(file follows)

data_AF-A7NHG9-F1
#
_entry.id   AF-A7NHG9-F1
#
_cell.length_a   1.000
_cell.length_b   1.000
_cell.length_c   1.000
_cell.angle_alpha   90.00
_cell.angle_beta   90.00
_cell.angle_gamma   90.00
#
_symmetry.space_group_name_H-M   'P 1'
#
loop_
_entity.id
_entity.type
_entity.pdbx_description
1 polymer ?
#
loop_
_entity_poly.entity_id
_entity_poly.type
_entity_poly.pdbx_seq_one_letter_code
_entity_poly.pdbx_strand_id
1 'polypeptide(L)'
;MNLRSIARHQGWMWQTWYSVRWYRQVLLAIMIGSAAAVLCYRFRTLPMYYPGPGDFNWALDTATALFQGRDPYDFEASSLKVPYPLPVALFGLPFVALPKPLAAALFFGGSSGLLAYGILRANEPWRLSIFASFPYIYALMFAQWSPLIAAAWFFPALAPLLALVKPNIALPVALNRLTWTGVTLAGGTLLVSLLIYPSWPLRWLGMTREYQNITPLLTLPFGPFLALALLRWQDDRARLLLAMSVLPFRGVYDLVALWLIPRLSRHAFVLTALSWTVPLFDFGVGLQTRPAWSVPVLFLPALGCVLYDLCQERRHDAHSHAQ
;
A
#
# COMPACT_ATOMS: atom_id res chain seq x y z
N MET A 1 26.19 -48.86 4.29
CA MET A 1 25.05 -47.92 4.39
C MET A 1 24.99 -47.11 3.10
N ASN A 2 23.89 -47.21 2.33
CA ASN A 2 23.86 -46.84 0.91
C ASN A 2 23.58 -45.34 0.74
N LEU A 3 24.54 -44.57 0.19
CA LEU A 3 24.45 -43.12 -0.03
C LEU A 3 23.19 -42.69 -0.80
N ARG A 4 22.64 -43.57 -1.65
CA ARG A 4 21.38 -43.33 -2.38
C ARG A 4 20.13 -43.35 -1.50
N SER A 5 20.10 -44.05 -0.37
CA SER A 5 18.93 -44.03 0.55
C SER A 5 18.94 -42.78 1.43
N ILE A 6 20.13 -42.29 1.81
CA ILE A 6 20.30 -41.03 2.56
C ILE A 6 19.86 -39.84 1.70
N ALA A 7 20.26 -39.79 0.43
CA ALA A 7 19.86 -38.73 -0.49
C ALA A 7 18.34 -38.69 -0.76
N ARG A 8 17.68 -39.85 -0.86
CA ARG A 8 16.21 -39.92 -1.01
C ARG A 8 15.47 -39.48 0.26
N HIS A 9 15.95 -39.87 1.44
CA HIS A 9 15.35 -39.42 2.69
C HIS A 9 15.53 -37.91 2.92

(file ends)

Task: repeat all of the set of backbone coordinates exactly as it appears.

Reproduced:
data_AF-A7NHG9-F1
#
_entry.id   AF-A7NHG9-F1
#
_cell.length_a   1.000
_cell.length_b   1.000
_cell.length_c   1.000
_cell.angle_alpha   90.00
_cell.angle_beta   90.00
_cell.angle_gamma   90.00
#
_symmetry.space_group_name_H-M   'P 1'
#
loop_
_entity.id
_entity.type
_entity.pdbx_description
1 polymer ?
#
loop_
_entity_poly.entity_id
_entity_poly.type
_entity_poly.pdbx_seq_one_letter_code
_entity_poly.pdbx_strand_id
1 'polypeptide(L)'
;MNLRSIARHQGWMWQTWYSVRWYRQVLLAIMIGSAAAVLCYRFRTLPMYYPGPGDFNWALDTATALFQGRDPYDFEASSLKVPYPLPVALFGLPFVALPKPLAAALFFGGSSGLLAYGILRANEPWRLSIFASFPYIYALMFAQWSPLIAAAWFFPALAPLLALVKPNIALPVALNRLTWTGVTLAGGTLLVSLLIYPSWPLRWLGMTREYQNITPLLTLPFGPFLALALLRWQDDRARLLLAMSVLPFRGVYDLVALWLIPRLSRHAFVLTALSWTVPLFDFGVGLQTRPAWSVPVLFLPALGCVLYDLCQERRHDAHSHAQ
;
A
#
# COMPACT_ATOMS: atom_id res chain seq x y z
N MET A 1 26.19 -48.86 4.29
CA MET A 1 25.05 -47.92 4.39
C MET A 1 24.99 -47.11 3.10
N ASN A 2 23.89 -47.21 2.33
CA ASN A 2 23.86 -46.84 0.91
C ASN A 2 23.58 -45.34 0.74
N LEU A 3 24.54 -44.57 0.19
CA LEU A 3 24.45 -43.12 -0.03
C LEU A 3 23.19 -42.69 -0.80
N ARG A 4 22.64 -43.57 -1.65
CA ARG A 4 21.38 -43.33 -2.38
C ARG A 4 20.13 -43.35 -1.50
N SER A 5 20.10 -44.05 -0.37
CA SER A 5 18.93 -44.03 0.55
C SER A 5 18.94 -42.78 1.43
N ILE A 6 20.13 -42.29 1.81
CA ILE A 6 20.30 -41.03 2.56
C ILE A 6 19.86 -39.84 1.70
N ALA A 7 20.26 -39.79 0.43
CA ALA A 7 19.86 -38.73 -0.49
C ALA A 7 18.34 -38.69 -0.76
N ARG A 8 17.68 -39.85 -0.86
CA ARG A 8 16.21 -39.92 -1.01
C ARG A 8 15.47 -39.48 0.26
N HIS A 9 15.95 -39.87 1.44
CA HIS A 9 15.35 -39.42 2.69
C HIS A 9 15.53 -37.91 2.92